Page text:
You know when you read something and you’re like, “oh shit, that’s totally me”? Well, that was my reaction to this passage when I stumbled up on it during my morning reading. Immediate recognition. Yup, I’m the kid with the square pegs and the round holes. I’m the one pushing boulders up a hill. I have always struggled, especially with my athletic career, but really in general, with the fact that more effort does not always equal better outcomes. I want to be faster so I work harder, train more, log more hours on the bike. I want to be better at racing, so I do more races, because surely the problem is just lack of experience and the more the better?
And over the past few months, this habit of “more more more” has actually gotten worse (despite the fact that I’ve recognized it….). When I was forced off the bike in February due to some knee issues, I lost some really crucial training time. Instead of gradually working back into it, as soon as my knee was better I jumped right back into five hour rides prepping for the first two EWS races in New Zealand. My coach scheduled in a two hour ride — I rode for seven. When will I ever learn?
When we returned to the US, there was a massive snafu with our van being towed right before Sea Otter (you can watch our vlog about it here), all of which lost me some more valuable training time, which left me, guess what, frantically trying to make up for that by scheduling in extra workouts and “training through” the first Enduro Cup in Moab — training through being code for knowingly sabotaging my race by doing intervals two days before. Which might have been okay under other circumstances, that race not being a focus for me, but unfortunately I was already on a collision course for exhaustion. Fast forward three weeks, and I contracted a mystery virus that plagued me for two weeks and set off a bunch of mystery allergies that I’m still dealing with now.
I was pushing boulders. Pushing boulders is the opposite of “going with the flow.” Pushing boulders is all force and no right effort. Pushing boulders is exhausting and frustrating and ineffective, because you feel like you’re doing everything and yet, those damn mountains refuse to budge. I have been pushing boulders for a long time now.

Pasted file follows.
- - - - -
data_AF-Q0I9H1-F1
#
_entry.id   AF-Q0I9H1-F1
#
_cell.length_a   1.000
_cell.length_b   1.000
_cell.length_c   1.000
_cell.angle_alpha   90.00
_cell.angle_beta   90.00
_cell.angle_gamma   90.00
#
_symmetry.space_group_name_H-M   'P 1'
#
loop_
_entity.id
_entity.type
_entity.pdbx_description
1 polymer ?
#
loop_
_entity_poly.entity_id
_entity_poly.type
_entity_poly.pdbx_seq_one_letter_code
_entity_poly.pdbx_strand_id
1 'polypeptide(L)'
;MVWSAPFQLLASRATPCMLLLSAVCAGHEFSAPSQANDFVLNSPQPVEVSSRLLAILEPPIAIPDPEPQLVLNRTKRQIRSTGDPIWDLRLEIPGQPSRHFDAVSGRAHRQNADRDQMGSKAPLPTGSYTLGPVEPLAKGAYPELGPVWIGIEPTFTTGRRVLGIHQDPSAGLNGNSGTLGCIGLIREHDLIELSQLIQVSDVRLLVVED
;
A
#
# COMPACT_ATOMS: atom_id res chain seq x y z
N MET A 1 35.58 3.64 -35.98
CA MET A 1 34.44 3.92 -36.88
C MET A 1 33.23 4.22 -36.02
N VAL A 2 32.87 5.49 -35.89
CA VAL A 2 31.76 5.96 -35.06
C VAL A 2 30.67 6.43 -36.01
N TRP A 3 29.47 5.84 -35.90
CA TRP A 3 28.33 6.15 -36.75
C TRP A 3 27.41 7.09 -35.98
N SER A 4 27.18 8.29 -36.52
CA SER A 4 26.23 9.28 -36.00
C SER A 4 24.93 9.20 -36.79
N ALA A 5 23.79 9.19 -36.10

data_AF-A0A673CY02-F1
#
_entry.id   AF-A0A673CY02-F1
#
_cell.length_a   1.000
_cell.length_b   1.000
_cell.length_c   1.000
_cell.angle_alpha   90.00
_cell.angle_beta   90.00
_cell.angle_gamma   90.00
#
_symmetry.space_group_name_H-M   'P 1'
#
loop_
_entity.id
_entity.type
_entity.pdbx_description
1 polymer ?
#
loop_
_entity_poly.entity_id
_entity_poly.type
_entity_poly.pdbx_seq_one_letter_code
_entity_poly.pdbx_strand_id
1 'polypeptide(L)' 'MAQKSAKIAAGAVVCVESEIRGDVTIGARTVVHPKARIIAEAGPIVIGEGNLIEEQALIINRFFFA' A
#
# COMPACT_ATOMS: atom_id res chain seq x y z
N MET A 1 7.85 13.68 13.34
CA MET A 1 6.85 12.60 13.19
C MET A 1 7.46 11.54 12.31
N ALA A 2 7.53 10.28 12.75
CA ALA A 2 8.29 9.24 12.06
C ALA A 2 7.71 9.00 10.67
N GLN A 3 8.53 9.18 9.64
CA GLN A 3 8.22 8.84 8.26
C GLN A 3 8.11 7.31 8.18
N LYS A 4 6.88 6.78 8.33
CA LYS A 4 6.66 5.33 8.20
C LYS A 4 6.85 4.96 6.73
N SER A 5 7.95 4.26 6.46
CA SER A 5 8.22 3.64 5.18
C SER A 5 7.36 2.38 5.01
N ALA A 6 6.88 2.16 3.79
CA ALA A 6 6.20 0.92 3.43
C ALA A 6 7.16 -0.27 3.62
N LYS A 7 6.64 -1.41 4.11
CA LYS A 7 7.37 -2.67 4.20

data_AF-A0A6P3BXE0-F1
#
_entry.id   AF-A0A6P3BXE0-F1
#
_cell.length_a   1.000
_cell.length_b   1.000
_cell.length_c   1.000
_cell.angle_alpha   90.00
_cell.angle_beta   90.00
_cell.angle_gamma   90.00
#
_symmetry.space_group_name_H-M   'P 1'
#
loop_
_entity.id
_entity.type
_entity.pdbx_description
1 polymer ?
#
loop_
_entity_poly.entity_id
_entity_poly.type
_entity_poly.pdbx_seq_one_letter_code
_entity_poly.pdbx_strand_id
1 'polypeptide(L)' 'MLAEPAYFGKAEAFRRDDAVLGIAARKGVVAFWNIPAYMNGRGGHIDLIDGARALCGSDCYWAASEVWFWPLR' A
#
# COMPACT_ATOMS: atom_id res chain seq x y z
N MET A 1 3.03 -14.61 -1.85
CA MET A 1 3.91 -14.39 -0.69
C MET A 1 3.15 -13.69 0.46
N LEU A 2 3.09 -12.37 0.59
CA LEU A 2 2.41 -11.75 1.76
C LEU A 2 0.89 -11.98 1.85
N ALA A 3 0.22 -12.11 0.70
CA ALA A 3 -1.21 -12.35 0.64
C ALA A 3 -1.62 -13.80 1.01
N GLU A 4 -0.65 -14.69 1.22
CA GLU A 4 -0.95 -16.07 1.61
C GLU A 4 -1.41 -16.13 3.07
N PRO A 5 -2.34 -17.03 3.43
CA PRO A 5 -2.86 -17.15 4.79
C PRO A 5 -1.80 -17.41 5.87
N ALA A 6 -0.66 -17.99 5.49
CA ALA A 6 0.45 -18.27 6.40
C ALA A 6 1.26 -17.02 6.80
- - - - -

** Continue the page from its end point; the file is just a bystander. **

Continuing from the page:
It’s an interesting aspect of the human psyche — the fact that we seem to be hardwired to keep doing the same things, even when they don’t work. I see this all the time in others, although I’m usually the last to see it in myself. Change is difficult — especially real change. We’re quick to change the easy things. We try different workouts, different diets, different equipment, but when the problem is elsewhere — say, in our mindset or our lifestyle — we’re slow to address it. We simply swap one boulder for another, fill up the void with chatter and action, instead of, as Mumford suggests in the quote at the top of this page “getting silent.”
A lot of my issues over the past 18 months have stemmed from a total refusal to get silent. Overuse knee injuries, mental burnout, illness, crippling fears, incredibly stressful travel arrangements — all of these were avoidable to some extent or another, but truly fixing the situation would have meant sacrifices I didn’t want to make. Like less travel, less insane turnarounds, less expectations. These are not impossible sacrifices to make, although at certain points they certainly felt like it. As a good friend and fellow racer told me after last weekend’s race “maybe you just need to start saying no.”
It’s hard to say no to fun opportunities and races (hello, #firstworldproblems), but something I obviously need to get better about. This past week I made the decision to skip the third round of the National Enduro Series, as well as the opportunity to explore Montana and northern Idaho, two new places for me. This also meant sending Macky on a thirty hour driving mission by himself, which I still feel a little guilty about. But it was definitely some progress in the right direction.
Changing my mindset to be more in line with my goals will not be an overnight process, but I’m starting to recognize the incongruities and seeing where improvements could be made. And in the long run, I’m determined to stop pushing boulders so that one day, maybe, I can move mountains.